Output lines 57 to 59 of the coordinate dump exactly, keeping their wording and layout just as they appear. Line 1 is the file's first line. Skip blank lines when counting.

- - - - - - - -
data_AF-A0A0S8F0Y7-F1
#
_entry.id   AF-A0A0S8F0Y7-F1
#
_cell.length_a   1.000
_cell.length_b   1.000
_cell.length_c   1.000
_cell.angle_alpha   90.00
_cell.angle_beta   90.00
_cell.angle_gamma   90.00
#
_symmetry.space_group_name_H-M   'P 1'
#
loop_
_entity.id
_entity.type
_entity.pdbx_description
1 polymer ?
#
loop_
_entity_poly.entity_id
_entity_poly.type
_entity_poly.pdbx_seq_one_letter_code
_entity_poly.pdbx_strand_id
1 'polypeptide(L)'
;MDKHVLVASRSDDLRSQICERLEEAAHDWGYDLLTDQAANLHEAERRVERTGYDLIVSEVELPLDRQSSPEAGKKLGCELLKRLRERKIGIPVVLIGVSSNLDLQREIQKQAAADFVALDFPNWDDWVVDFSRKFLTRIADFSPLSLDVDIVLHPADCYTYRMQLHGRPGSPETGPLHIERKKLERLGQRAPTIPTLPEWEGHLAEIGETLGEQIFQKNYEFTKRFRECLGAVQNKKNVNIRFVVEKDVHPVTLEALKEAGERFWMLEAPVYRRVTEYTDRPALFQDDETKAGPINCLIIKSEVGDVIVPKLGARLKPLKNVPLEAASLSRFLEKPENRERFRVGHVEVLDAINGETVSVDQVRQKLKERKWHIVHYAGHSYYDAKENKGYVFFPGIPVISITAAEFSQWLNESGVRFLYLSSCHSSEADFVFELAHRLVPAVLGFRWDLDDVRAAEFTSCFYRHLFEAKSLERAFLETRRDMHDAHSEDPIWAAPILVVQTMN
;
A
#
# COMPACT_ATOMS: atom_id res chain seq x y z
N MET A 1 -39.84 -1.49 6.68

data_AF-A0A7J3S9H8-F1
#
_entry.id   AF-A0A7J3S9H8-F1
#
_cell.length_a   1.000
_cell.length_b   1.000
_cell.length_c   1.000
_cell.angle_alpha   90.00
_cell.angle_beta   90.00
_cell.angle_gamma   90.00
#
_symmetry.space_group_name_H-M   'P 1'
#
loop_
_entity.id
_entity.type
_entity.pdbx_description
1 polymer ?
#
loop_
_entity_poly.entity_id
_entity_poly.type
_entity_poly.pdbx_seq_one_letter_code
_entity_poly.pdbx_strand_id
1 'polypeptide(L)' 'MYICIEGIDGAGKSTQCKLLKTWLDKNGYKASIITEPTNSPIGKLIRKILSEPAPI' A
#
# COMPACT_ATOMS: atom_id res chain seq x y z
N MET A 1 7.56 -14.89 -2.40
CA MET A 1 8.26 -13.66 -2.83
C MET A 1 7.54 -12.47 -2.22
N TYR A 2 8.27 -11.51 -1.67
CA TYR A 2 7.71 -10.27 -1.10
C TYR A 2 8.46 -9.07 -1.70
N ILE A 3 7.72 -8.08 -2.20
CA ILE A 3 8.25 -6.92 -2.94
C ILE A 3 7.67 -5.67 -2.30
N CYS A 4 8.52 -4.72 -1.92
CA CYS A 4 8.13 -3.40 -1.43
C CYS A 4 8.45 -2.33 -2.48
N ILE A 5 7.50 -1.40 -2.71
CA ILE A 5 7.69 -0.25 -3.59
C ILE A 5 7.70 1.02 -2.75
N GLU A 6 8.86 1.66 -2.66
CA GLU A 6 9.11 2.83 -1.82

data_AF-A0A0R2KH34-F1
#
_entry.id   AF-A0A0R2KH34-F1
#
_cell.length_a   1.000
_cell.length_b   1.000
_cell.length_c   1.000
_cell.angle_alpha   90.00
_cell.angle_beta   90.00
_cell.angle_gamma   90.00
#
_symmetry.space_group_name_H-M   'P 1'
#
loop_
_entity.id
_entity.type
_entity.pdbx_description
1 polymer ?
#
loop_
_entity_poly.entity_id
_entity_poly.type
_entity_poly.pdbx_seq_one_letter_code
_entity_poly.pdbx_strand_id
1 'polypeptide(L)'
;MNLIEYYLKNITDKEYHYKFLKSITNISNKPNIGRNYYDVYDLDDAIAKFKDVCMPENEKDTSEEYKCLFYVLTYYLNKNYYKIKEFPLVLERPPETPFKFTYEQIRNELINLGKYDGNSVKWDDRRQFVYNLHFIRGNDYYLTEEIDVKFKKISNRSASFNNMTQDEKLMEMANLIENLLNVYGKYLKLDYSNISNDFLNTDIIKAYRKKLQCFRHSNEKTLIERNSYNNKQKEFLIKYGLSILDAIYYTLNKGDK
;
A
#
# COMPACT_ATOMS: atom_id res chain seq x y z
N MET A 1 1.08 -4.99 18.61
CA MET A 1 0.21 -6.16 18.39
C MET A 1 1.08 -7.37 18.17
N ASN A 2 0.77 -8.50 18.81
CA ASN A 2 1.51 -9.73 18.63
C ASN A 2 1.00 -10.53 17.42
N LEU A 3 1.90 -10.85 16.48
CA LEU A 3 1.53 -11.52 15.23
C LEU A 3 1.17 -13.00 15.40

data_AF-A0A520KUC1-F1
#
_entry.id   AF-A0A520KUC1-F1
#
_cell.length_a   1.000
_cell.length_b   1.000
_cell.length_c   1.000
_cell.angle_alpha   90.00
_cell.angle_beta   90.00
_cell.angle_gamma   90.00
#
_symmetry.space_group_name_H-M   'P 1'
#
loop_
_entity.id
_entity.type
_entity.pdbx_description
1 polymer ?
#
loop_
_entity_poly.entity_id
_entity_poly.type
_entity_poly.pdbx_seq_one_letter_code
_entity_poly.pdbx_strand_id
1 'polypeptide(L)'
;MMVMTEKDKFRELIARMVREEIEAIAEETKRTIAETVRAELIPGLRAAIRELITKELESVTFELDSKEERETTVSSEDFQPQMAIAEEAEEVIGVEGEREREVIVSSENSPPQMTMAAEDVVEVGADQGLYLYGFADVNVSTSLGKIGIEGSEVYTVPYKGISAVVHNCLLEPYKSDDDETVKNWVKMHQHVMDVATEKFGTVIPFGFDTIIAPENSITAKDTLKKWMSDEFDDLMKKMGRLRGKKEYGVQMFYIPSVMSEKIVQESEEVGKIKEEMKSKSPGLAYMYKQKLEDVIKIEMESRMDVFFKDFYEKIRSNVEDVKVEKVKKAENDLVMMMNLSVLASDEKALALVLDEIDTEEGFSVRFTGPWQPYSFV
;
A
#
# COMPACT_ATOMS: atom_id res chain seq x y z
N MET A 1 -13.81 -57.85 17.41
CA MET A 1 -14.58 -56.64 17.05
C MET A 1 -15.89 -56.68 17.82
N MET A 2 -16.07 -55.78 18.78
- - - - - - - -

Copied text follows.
#
# COMPACT_ATOMS: atom_id res chain seq x y z
N MET A 1 7.56 -14.89 -2.40